Inside this box the 2 strakes can be applied in any position (disregarding the regulations on form for a moment), but the 2 virtual surfaces need to be at each and every point 50mm apart. Again, the virtual surfaces and not necessarily the actual strake (which is built around the virtual one). After that, we can determine the 'moveable' position of the VSS. It must sit in a 20mm box inside the bigger red box.
Red shows the box in which Virtual Strake Surfaces are allowed, green shows the dimensional limits of a VSS itself
Now, the surface is not allowed to have an angle greater than 10° relative to the car centre plane. The next limiting factor is that it can only have one single curve in it. In order to have the final bodywork piece comply with 3.3.8 g) ( the strake has to fully enclose the VSS) and 3.3.8 h) (the strake cannot stick out of the wing element profiles), we'll now cut the VSS to the actual proportions and finalize the VSS:
The green box is the same as the previous image, with inside of it the VSS (grey). The teal plane is the 10° angle limit relative to the car centre line
With the VSS now finalized, we determine the maximum dimensions of the box the actual strake is allowed to sit inside:
Purple show the allowed dimensional extremities (6mm in- and outboard of the VSS) of the underwing strake, with the exception of the last 100mm, which have to be 3mm in - and outboard of the VSS (shown in blue). Yellow is just a box to help determine the extremities
Finally we define the strake. Note we optimize here. Even though the VSS is only allowed to have a maximum angle of 10°, we can squeeze a little bit extra out of it through playing with the width at the rear edge of the actual strake. The best way to illustrate this, is to show it from a birds eye view:
That looks suspiciously similar... yes indeed! Same kind of reasoning like the endplate, only with other dimensions and no minimum required thickness
Below you can find the strake we came up with in isoview. Note that unlike the endplate, this doesn't come down to practical standardization, as teams used a variety of (near) straight strakes and bend strakes before this year. Practically speaking, the only limitations here are positioning, less extreme angles of curvature and the physical number of strakes.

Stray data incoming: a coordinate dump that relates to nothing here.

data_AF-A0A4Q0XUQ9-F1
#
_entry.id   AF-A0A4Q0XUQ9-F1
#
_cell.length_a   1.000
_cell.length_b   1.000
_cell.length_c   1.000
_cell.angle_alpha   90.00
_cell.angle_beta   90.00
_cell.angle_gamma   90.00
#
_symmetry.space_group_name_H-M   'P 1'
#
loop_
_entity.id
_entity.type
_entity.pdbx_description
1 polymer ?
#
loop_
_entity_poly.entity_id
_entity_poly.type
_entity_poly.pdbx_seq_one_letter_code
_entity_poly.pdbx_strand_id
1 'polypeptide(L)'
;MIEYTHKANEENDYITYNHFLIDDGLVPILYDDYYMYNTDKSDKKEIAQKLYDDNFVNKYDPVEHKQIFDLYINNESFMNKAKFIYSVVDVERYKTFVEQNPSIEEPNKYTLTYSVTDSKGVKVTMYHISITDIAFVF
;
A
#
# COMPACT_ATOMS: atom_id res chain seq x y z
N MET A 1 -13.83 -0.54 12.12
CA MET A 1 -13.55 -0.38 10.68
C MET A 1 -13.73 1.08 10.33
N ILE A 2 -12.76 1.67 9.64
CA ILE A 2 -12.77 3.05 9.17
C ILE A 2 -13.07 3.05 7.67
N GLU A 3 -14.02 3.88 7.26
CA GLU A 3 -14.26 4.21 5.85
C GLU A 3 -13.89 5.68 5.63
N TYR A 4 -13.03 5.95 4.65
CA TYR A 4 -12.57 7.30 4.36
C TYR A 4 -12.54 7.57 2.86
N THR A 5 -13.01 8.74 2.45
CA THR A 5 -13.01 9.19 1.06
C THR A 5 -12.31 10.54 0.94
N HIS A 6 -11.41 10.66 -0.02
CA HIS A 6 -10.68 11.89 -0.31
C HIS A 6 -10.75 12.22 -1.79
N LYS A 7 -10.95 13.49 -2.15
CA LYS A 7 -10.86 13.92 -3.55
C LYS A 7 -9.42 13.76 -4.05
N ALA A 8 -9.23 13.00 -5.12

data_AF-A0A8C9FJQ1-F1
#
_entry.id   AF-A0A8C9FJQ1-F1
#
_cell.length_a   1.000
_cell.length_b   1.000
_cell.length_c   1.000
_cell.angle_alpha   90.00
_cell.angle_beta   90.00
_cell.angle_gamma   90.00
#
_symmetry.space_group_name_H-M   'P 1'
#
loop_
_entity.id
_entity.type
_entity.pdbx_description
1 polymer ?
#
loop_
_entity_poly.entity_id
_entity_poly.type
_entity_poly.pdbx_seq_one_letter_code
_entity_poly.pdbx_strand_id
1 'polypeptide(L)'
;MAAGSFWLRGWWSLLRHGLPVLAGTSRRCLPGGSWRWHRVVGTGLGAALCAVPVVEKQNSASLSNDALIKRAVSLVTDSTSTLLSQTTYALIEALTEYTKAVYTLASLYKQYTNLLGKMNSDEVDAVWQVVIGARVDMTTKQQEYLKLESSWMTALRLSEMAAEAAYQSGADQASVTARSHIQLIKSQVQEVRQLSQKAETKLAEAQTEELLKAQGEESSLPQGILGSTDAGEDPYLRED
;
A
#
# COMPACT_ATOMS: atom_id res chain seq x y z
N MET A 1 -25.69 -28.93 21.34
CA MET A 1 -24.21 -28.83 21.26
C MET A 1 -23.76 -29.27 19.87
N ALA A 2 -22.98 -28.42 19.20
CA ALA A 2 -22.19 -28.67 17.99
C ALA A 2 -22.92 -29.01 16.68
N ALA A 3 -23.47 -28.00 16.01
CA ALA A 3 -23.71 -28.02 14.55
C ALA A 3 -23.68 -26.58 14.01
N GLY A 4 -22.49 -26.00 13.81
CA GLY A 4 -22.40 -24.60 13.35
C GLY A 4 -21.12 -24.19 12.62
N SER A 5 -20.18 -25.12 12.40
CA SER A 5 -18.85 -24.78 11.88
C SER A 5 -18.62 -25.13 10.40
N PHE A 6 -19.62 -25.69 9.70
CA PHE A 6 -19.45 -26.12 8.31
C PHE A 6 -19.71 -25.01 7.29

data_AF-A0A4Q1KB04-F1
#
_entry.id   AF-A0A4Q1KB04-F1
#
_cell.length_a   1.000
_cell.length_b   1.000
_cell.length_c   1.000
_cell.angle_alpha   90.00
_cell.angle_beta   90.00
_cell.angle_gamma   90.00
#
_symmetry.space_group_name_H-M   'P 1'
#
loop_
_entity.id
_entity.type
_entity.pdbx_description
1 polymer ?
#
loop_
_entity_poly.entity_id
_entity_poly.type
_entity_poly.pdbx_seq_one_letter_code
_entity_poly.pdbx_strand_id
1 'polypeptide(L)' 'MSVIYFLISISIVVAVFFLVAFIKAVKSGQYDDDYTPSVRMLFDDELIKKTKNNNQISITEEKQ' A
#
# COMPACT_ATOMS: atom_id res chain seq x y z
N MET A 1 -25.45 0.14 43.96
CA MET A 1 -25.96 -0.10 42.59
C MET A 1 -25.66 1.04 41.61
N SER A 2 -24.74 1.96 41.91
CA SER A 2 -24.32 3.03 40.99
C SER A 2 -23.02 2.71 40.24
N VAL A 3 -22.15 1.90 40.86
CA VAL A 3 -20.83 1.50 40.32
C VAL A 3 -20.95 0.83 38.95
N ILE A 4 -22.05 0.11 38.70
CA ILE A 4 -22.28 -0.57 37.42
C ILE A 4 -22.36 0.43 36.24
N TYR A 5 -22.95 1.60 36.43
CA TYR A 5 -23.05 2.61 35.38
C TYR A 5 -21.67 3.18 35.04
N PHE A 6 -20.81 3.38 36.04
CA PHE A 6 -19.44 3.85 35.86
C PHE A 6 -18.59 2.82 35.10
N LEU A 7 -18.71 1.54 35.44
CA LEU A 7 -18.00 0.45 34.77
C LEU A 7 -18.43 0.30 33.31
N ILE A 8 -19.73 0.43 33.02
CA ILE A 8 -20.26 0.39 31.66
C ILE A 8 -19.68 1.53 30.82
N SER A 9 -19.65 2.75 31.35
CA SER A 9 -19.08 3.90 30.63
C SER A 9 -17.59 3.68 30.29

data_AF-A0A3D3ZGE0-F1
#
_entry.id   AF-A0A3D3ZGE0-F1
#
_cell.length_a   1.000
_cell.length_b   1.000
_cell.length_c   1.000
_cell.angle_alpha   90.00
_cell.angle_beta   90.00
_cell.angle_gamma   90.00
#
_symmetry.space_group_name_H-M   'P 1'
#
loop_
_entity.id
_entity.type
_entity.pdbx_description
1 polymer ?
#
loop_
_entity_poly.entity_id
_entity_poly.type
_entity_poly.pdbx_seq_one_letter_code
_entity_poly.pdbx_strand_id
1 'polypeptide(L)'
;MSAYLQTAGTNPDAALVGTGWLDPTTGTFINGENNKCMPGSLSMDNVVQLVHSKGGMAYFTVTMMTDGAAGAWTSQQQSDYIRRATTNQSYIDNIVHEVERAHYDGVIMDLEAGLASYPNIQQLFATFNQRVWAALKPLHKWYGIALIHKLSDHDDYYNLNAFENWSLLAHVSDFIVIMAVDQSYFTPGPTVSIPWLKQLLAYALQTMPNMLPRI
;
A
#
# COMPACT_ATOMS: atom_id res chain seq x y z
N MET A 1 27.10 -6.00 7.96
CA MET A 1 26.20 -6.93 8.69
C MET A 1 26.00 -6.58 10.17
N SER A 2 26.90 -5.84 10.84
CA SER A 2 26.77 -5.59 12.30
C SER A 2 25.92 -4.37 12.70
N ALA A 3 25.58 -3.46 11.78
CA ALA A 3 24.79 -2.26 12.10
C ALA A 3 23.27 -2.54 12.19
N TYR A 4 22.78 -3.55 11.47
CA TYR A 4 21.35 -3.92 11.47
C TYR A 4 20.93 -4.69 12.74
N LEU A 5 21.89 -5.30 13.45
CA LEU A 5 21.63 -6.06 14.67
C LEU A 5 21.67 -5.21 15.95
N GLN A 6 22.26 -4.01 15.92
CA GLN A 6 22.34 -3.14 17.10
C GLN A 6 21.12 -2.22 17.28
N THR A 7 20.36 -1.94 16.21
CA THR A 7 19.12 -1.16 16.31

A POSSIBLE set up we can see next year. It was suprisingly a great deal of effort getting those drawn conforming the regulations)
Teams will also not be able to use Gurney flaps as strakes, as late changes to the regulations cleared that up. A single Gurney flap will only be allowed on top of the rearmost element within a certain box. Infact, the Gurney flap has to abide the same 3.3.6 a) iii) regulation with the exceptions of 10mm on their extremities, so you can't angle them more than 15° relative to the plane described in 3.3.6 a) iii).
Good old Gurney flap. Does anyone actually know how long it has been around? Let us know in the discussion thread.
A fully assembled impression
I mean it still looks decent, but I'm afraid there will be a lot of convergence happening and thus a lot less variety.
So this is the version F1Technical came up with. If you look at most other simulations/predictions of the 2019 front wing, you'll see they are further simplified, especially regarding wing element profiling. It's foolish to think teams would not try to squeeze every last bit of outwash potential out of those wings, so they will certainly try to use the limited scope to sculp the bodywork. Note this is not necessarily what we'll eventually see on track, as there might still be small loopholes to enable something extra. Also, teams are permitted to split/converge the elements as long as 2 conditions are met:
-There no more than 5 elements stacked in a single plane
-The converging/splitting happens within an imaginary single profile.
It's not certain if this actually gives any benefit versus a conventional 5 element "through-and-through" wing. Most if not all teams used before 2019 atleast 5 of those through-and-through elements. A possible benefit is to create more Y250 vortex control at the upperflap tips and more airflow attachment at the outboard lower elements. But, that will require closing a slot somewhere else above or below the opened slot. Something gained, something lost.Example of how the above would translate visually. It's not a certainty.
All in all, this makes the writer of this article quite sad. Of course these pre-2019 wings where only made to get every last drop of aerodynamic performance and not for aesthetics, but for me they really became these subtle, flowing pieces of art. Throughout the years I had a great time drawing them and even updating them (and I will continue to do so, despite the setback). Along with the wings, my skill in drawing them, not as 1 image or as an overlay but as their separate little bodywork pieces overlapping eachother in the right position, improved from a very basic drawing to what it is today.
The one that started it: the 2014 pre season Mercedes front wing. Some say there is beauty in simplicity, I'd say good thing I got better!The trifecta of front wing pinacle development, with apex drawing applied. If anybody wants to know, I use inkscape. Join the discussion at our dedicated forums thread: viewtopic.php?f=6&t=27785